Paper Mache Confetti Keepsake bowls
We are definitely paper lovers and we know we're not alone. We talk about it in our book, how us crafters each have our own stories about hoarding pretty papers. When we were at CHA and went out to dinner with the Paper Tales girls, every single one of us admitted to holding onto our favorite sheets of paper from companies that are now long gone...our "stash" of untainted sheets that we'll probably never ever cut up. And why not? Some papers are a work of art and should be collected. We know first hand what goes into designing a paper collection.
But alas, paper is meant for cutting, crafting, and making cool and pretty things. It's not just for scrapbooking. And we think that this project is great for those of you who are "paper curious". Those of you who visit the paper aisle in Michaels just to look at the patterns. Maybe you never buy any, simply because you don't know what you'd use it for. Well these bowls are a fairly simple way to get your feet wet with paper.
We came across this tutorial on pinterest and thought it would make a fun springtime weekend project. Making the paper mache paste for this project brought back so many childhood crafting memories. I remember making pinatas, bowls, and masks in school. It was so much fun! And so simple! I remember being amazed that those strips of newspaper dipped in homemade glue soon turned into a hard sculpture with a shiny finish. Anyone who uses mod podge in paper crafting is only a smidge away from doing paper mache art.
And this one is definitely kid friendly. Perfect for Spring (imagine filling the bowls with Easter eggs!), or for Birthdays, Christmas...We will be making Christmas bowls for sure...using a mix of patterned paper and vintage cards. You can do the same with Valentine cards, or maybe even a vintage baby shower bowl. For our bowl we wanted to use papers that worked well with our color palette, and we made it a keepsake by incorporating copies of vintage family photos.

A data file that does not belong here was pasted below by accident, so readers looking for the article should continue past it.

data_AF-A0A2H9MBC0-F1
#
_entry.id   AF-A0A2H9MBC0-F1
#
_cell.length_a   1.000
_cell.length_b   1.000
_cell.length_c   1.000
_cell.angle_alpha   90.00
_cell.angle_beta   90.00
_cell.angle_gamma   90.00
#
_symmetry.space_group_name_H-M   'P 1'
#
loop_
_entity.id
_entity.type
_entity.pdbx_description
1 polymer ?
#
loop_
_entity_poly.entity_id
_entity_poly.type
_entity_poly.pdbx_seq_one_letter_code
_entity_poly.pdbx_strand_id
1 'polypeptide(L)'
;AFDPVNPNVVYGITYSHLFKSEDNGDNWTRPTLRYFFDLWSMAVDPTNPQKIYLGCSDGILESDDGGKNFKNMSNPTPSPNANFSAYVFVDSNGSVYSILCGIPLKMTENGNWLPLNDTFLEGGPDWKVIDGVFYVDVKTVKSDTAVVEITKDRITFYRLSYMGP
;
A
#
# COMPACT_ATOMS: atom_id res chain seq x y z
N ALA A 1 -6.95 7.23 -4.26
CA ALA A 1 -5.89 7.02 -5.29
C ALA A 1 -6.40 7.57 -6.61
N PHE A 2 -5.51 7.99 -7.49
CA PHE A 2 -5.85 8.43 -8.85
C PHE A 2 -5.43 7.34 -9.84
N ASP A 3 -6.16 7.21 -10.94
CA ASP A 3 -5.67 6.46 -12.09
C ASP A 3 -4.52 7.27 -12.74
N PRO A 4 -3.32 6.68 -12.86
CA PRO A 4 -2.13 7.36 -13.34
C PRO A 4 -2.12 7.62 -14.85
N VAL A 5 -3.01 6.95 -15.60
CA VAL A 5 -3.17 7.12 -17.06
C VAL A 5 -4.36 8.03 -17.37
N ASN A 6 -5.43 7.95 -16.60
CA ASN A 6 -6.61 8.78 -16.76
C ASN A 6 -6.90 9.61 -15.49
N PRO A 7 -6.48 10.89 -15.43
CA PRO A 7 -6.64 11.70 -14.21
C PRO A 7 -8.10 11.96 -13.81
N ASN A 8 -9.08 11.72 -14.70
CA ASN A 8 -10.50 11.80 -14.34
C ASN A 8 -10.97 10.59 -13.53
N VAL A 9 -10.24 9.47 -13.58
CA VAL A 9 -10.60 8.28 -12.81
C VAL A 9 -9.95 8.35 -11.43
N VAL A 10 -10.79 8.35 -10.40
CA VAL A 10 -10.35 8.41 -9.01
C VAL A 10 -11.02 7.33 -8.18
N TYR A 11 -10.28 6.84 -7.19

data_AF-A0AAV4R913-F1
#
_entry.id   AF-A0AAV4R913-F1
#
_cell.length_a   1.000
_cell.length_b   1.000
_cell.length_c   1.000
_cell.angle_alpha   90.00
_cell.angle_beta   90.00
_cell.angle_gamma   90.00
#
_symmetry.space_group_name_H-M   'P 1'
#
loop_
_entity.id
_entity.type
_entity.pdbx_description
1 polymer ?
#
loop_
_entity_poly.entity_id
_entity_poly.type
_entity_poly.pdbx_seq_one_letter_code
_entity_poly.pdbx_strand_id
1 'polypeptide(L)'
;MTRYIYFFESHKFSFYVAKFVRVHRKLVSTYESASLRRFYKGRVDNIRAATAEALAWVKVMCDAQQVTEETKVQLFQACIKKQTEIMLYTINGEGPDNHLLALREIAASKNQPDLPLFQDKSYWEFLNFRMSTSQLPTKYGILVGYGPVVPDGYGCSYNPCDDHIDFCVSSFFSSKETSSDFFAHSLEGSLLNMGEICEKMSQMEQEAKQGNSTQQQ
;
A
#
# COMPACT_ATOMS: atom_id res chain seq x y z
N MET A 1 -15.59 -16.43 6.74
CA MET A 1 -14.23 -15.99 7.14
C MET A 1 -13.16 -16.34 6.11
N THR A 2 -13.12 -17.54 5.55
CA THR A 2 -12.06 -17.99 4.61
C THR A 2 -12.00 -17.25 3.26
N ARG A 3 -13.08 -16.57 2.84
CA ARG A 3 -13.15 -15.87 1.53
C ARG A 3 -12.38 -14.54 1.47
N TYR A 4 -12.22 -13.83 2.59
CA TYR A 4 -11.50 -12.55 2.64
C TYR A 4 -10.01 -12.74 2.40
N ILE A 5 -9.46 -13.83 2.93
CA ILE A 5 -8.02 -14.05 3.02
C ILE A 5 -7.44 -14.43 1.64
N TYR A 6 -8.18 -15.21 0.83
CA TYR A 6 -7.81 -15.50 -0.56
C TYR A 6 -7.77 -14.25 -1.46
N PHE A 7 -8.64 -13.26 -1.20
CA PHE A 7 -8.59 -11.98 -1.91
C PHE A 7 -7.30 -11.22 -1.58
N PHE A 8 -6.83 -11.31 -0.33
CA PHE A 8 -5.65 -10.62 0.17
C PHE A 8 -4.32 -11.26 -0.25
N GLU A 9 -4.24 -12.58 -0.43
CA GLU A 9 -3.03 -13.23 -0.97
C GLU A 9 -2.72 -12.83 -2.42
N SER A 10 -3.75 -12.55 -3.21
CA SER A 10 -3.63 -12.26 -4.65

Here is what you will need:
bowls (clear makes it very easy to plan your design)
1/2 cup flour
3 tablespoons sugar
4 cups water total
gloss mod podge or varnish
First mix a half cup of flour into 2 cups of cold water. While you do this bring two cups of water to a boil.
Once your water is boiling add your flour mixture to it and bring the pot to a boil again.
Remove it from the heat and then whisk in 3 tablespoons of sugar. The paste will thicken as it cools.
Now for your bowls. Again, you can use any bowl, but we used glass so that we could flip it over periodically to see how our design looked from the inside. Just cover your bowls with plastic wrap to keep your paper and paste from sticking to the bowls. Wrap the plastic at least an inch around the inside rim. Having this extra slack will make it easier for removal.
Next, just punch your papers. You can plan your bowls or you can let them happen naturally, like tossing confetti. We liked the idea of going mostly random but with some vintage photos placed throughout the bowl.
The inside bottom of the bowl will be your focal point, so if you have any special images or photos place them here. We used our fingers mostly, just smeared the paste onto the paper, pressed it to the bowl, and then smeared more paste onto the back of the paper. Using two sided papers makes it easier of course. But they don't have to be two sided. You can just paste the exact same paper to the blank side of the paper that you just glued down.
Once the entire bowl is covered just give it a once over to see how you like it. Since there aren't any rules, if you see a spot that needs more of a certain color, just glue down another circle.
This is the advantage of using a clear bowl. You can peek inside to make sure your positioning things exactly where you want them.
Be patient and let your bowl dry overnight. The next day, pop your new paper bowl off of the real bowl. It should pop off easily, but if it doesn't you can carefully slide a toothpick between the the paper bowl and the real bowl and gently pry it all the way around. That should do the trick.
Then brush on a coat of gloss mod podge or varnish. We did two coats, making sure to let dry between coats.
Once they're fully dry they're ready for display. We love how these came out. The larger one has the vintage family photos inside and the smaller is just pretty patterned papers.
We made our's fairly small, but if you're more ambitious you can make them really big...whatever you want. These are really just a tribute to true confetti bowls. You can also make a bowls from actual confetti and the process isn't much different. Check out a tutorial for that here.
Again, these were easy and fun. Kinda a carefree creative project for any skill level whatsoever. Definitely worth a try with the kiddos.
Ok, hope you have fun with paper mache!
xo, Jenny...and Aaron